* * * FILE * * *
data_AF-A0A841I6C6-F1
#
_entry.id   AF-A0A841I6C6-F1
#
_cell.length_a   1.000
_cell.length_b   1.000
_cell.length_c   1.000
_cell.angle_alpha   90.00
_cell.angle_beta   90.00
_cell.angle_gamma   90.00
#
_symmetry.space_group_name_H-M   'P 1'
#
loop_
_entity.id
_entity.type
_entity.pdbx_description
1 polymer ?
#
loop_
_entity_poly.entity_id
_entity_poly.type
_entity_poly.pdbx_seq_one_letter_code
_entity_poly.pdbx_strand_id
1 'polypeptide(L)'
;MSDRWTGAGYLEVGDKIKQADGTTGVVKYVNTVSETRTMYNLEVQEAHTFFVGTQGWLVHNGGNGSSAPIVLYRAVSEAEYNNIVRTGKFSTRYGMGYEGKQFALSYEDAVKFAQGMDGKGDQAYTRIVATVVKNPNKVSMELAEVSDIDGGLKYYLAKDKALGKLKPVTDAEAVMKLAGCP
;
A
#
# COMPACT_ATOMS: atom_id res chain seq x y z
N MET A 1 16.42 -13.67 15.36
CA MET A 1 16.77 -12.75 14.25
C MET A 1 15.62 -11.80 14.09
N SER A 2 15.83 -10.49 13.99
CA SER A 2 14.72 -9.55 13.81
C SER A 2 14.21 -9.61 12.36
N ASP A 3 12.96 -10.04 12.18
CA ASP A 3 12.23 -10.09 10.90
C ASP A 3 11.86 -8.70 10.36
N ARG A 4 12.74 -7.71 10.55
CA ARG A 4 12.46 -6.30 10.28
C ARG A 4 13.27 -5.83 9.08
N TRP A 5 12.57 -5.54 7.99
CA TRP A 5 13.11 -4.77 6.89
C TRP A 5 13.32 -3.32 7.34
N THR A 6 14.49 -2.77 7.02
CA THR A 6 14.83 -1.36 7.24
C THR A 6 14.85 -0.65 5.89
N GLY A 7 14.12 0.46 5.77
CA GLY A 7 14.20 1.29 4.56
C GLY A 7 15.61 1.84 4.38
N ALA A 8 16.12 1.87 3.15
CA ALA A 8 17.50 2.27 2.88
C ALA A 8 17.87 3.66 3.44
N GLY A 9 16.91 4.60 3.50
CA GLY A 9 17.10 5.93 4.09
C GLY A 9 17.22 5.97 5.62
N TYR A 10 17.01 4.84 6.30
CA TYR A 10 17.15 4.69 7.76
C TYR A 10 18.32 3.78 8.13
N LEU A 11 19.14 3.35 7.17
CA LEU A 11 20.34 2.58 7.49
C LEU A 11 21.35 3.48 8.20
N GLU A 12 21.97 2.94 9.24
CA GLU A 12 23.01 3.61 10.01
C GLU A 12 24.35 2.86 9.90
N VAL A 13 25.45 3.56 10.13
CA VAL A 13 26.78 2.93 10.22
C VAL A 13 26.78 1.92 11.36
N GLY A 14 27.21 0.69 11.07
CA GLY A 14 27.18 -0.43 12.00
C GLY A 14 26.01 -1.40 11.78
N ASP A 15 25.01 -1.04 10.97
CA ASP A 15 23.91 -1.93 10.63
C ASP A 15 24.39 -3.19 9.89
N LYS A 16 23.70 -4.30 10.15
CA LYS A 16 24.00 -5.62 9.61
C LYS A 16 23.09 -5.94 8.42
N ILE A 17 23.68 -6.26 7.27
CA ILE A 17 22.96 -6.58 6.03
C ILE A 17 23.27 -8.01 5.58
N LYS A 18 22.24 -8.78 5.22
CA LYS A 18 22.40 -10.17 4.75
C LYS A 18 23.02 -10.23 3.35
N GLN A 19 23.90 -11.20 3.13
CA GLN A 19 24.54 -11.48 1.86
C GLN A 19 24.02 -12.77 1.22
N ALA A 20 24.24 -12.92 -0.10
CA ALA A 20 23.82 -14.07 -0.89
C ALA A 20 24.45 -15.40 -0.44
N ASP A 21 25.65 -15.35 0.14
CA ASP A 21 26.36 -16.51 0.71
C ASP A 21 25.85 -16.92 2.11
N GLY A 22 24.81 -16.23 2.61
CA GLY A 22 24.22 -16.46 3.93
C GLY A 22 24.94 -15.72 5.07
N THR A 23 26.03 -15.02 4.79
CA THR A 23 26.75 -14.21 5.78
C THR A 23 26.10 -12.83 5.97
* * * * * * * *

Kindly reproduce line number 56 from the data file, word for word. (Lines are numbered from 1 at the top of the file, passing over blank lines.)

CA GLY A 9 17.10 5.93 4.09